After 17 years, I resigned from my job.
Yeah, that sentence makes it sound profound, like I've decided to strike out on my own and tackle writing, mummyhood and the art of jam making while waving a triumphant middle finger to THE MAN. But it really isn't that romantic. Just a case of office politics, "business decisions" and a month-long shower in corporate crap.
I've had a pretty sweet deal: working from home with a team that was smart and well-regarded, in a job I liked and was good at. Then came the news: our work from home arrangement was being terminated. Crap.
The reasons management decided to cut our work from home programme still haven't been made transparent, but suffice it to say that I was the only one with a 2 hour commute, so the message to me was loud and clear. Ciao baby, and thanks for all the fish.
The powers that be were professional enough to allow me to keep my job until the end of August, which is more than they technically needed to, but the atmosphere had become so unhealthy that I knew I couldn't hang on that long. Hurt feelings and a bruised ego didn't help matters much, either. And when I summoned up my courage and voiced my opinions on the whole scenario to my bosses, it did nothing to improve an already unpleasant situation. It got harder and harder to breathe every time I logged in to work, so I gave my two weeks' notice and got the hell outta Dodge.
I took Jade to work with me on Friday, because I figured she should experience the place to which I've devoted the last 17 years of my professional life. I wanted her to know what my office looked like, meet the people who had been my friends and colleagues for so long, and get a taste of what Mummy did all day.
Jade received her security card necklace, eyed it with interest and announced, "Now I'm pretty just like Daddy!" (D wears a security card every day), making the security guard - one of my favourite faces in the office - grin.
As I guided my daughter down the labrynthine path to my department, she studied the neutral fabric walls, the stained carpets, the photos and posters and whiteboards that adorned the cubicles. She said hi to people I didn't even know, and waved her security card at them in case they doubted her right to be there.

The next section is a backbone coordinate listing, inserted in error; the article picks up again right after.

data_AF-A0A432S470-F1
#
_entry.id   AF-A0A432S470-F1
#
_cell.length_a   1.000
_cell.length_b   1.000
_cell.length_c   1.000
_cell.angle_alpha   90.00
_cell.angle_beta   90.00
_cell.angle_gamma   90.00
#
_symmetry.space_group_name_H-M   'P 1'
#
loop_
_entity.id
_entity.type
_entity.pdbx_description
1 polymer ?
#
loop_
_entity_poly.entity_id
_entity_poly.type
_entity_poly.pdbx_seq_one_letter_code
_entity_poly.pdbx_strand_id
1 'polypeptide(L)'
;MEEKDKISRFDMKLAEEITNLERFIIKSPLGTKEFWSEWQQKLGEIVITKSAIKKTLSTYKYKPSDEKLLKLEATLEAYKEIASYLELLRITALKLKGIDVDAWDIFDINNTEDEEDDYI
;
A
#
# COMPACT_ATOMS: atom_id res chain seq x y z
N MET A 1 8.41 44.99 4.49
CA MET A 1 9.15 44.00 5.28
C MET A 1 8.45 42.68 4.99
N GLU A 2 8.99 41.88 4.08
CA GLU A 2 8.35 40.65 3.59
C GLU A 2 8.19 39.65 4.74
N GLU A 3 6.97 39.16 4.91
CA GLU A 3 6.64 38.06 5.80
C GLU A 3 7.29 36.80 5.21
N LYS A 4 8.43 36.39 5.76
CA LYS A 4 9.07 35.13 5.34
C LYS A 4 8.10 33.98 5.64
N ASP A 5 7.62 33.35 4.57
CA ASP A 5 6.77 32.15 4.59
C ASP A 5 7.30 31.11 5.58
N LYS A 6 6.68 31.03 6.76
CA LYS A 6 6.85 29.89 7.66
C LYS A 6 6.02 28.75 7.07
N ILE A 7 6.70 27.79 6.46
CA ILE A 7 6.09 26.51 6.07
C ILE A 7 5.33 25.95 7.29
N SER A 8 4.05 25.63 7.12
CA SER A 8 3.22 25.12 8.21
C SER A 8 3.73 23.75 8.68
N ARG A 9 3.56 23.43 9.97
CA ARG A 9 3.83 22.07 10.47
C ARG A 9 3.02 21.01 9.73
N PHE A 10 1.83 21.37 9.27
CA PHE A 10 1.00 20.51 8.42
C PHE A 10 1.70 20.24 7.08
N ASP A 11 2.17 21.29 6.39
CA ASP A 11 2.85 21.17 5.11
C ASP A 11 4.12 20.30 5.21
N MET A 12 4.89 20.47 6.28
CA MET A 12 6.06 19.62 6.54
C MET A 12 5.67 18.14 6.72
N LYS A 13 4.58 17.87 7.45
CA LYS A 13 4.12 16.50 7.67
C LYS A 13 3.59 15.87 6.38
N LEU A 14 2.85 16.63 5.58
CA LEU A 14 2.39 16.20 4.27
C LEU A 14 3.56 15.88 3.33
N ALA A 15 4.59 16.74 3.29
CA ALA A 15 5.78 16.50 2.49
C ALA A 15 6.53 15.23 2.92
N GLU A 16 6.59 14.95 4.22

When we finally reached the hotel office where I usually set up camp for my monthly visits, Jade's mouth dropped open. My crazy colleagues, following a time-honoured tradition on our team, had decorated my office both with photos of things I hated (gnarly man-feet, feet with rotting toenails) and things I loved (Second Cup logos, the dancing spiderman gif) plus balloons and streamers. I noticed two tiny potted roses, which I instantly knew were a quiet tribute to my little lost daughter; I lit up when I saw photos of my friends and I at office Christmas parties, my wedding, Hallowe'en contests. Jade was enchanted; my vision started to blur. They were sending me off with a heartfelt bang.
After Jade had visited my colleagues and the cafeteria, and done a few downward facing dogs in the aisle, I took her back through the cubes to the front door, where my sister was waiting. "Don't get lost in the maze, Mumma," my daughter warned me. Probably the best advice I'd get all day.
Back at my desk, I cracked open the boxes of doughnuts I'd brought from the Lucknow bakery and took a big breath. Bring it on, I thought, and sent an email to friends to let them know my corporate wake had begun.
The doughnuts began to disappear, and I said goodbye to people I'd worked with for almost two decades, answered questions (No, I wasn't going to take up farming; yes, I would be back to sell my jam), laughed at kooky memories, gave and received hugs, wiped tears and held back my own. I hate crying; I especially hate crying in the office. Tears just seem so incongruous with cubicles. So I sucked it up and laughed and joked instead.
My team had a final pita lunch together, which was equal bits hilarious and soggy. We talked about all the office episodes our little group had collected over the years: fibre pills, exploding juice cans, Second Cup runs, broken noses and first impressions. Our tradition of getting Pita Pit lunches to celebrate all things big and small seemed fitting, but when my friends brought out gifts and cards the tone of our little party changed. Goodbyes suck.
I wish I could say I got through the rest of the day without a sniffle, that I walked out of there with my head held high. But I didn't. A few careless remarks from my boss and two zero-hour embraces from beloved colleagues broke my resolve; the tears welled up, and I stumbled out of the maze and through the jaws of death one last time with red eyes and a heavy heart.
So here I am, on my second day of freedom, contemplating the months ahead and sighing over the years behind me. I'm giving myself permission to grieve, feel pissed off and a bit lonely. I'm also allowing myself to roll on the floor with the kids until 9 p.m., hang laundry in my underwear, drink coffee on the deck with the chipmunk and garden in my bare feet. I plan to laugh, swim, pick sweetcorn, build sandcastles and drink a lot of wine. I'm going to write and get jamming. I'm going to be happy, eventually.
And, if I'm honest with myself, I may just owe the company a great debt. I was too loyal to leave on my own, to nervous to jump off the edge into unemployment. When they asked me to resign, they also handed me an oyster. Whether I find any pearls inside is up to me.